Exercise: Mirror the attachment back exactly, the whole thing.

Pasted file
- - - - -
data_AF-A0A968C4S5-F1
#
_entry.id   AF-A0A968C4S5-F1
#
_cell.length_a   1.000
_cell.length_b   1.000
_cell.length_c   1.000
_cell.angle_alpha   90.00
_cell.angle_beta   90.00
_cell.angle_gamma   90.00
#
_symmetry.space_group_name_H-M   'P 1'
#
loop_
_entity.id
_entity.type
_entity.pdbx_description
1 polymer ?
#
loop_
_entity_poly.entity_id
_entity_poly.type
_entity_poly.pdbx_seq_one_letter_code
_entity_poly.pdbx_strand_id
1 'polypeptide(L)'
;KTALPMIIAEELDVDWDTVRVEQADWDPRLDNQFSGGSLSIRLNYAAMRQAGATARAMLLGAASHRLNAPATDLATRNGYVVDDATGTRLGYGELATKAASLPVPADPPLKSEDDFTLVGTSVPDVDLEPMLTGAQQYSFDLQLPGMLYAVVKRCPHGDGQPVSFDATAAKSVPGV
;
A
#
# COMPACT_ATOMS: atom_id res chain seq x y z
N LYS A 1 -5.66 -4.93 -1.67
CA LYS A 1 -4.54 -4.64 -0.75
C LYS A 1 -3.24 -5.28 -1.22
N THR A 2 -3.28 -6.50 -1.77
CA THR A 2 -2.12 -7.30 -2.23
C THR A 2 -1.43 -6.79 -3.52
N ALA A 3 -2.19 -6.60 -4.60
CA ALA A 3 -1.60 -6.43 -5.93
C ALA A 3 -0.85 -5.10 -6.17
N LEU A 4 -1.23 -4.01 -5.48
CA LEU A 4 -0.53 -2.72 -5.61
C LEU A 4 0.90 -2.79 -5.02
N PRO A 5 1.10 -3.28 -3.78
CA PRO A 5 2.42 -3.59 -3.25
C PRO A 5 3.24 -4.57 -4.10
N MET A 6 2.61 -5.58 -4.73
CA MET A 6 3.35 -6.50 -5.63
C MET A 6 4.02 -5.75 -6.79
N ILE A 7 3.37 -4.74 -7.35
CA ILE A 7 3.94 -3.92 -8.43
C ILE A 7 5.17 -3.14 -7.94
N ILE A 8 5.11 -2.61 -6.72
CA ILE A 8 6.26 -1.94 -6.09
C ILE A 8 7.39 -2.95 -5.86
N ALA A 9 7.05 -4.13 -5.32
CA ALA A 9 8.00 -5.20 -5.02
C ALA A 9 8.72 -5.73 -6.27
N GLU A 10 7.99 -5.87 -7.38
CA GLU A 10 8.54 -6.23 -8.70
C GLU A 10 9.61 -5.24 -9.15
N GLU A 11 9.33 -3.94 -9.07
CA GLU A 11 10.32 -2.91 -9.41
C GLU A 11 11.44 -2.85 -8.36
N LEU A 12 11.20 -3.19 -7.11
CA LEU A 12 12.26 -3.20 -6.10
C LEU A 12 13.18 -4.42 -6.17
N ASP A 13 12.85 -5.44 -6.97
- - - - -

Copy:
data_AF-A0A968C4S5-F1
#
_entry.id   AF-A0A968C4S5-F1
#
_cell.length_a   1.000
_cell.length_b   1.000
_cell.length_c   1.000
_cell.angle_alpha   90.00
_cell.angle_beta   90.00
_cell.angle_gamma   90.00
#
_symmetry.space_group_name_H-M   'P 1'
#
loop_
_entity.id
_entity.type
_entity.pdbx_description
1 polymer ?
#
loop_
_entity_poly.entity_id
_entity_poly.type
_entity_poly.pdbx_seq_one_letter_code
_entity_poly.pdbx_strand_id
1 'polypeptide(L)'
;KTALPMIIAEELDVDWDTVRVEQADWDPRLDNQFSGGSLSIRLNYAAMRQAGATARAMLLGAASHRLNAPATDLATRNGYVVDDATGTRLGYGELATKAASLPVPADPPLKSEDDFTLVGTSVPDVDLEPMLTGAQQYSFDLQLPGMLYAVVKRCPHGDGQPVSFDATAAKSVPGV
;
A
#
# COMPACT_ATOMS: atom_id res chain seq x y z
N LYS A 1 -5.66 -4.93 -1.67
CA LYS A 1 -4.54 -4.64 -0.75
C LYS A 1 -3.24 -5.28 -1.22
N THR A 2 -3.28 -6.50 -1.77
CA THR A 2 -2.12 -7.30 -2.23
C THR A 2 -1.43 -6.79 -3.52
N ALA A 3 -2.19 -6.60 -4.60
CA ALA A 3 -1.60 -6.43 -5.93
C ALA A 3 -0.85 -5.10 -6.17
N LEU A 4 -1.23 -4.01 -5.48
CA LEU A 4 -0.53 -2.72 -5.61
C LEU A 4 0.90 -2.79 -5.02
N PRO A 5 1.10 -3.28 -3.78
CA PRO A 5 2.42 -3.59 -3.25
C PRO A 5 3.24 -4.57 -4.10
N MET A 6 2.61 -5.58 -4.73
CA MET A 6 3.35 -6.50 -5.63
C MET A 6 4.02 -5.75 -6.79
N ILE A 7 3.37 -4.74 -7.35
CA ILE A 7 3.94 -3.92 -8.43
C ILE A 7 5.17 -3.14 -7.94
N ILE A 8 5.11 -2.61 -6.72
CA ILE A 8 6.26 -1.94 -6.09
C ILE A 8 7.39 -2.95 -5.86
N ALA A 9 7.05 -4.13 -5.32
CA ALA A 9 8.00 -5.20 -5.02
C ALA A 9 8.72 -5.73 -6.27
N GLU A 10 7.99 -5.87 -7.38
CA GLU A 10 8.54 -6.23 -8.70
C GLU A 10 9.61 -5.24 -9.15
N GLU A 11 9.33 -3.94 -9.07
CA GLU A 11 10.32 -2.91 -9.41
C GLU A 11 11.44 -2.85 -8.36
N LEU A 12 11.20 -3.19 -7.11
CA LEU A 12 12.26 -3.20 -6.10
C LEU A 12 13.18 -4.42 -6.17
N ASP A 13 12.85 -5.44 -6.97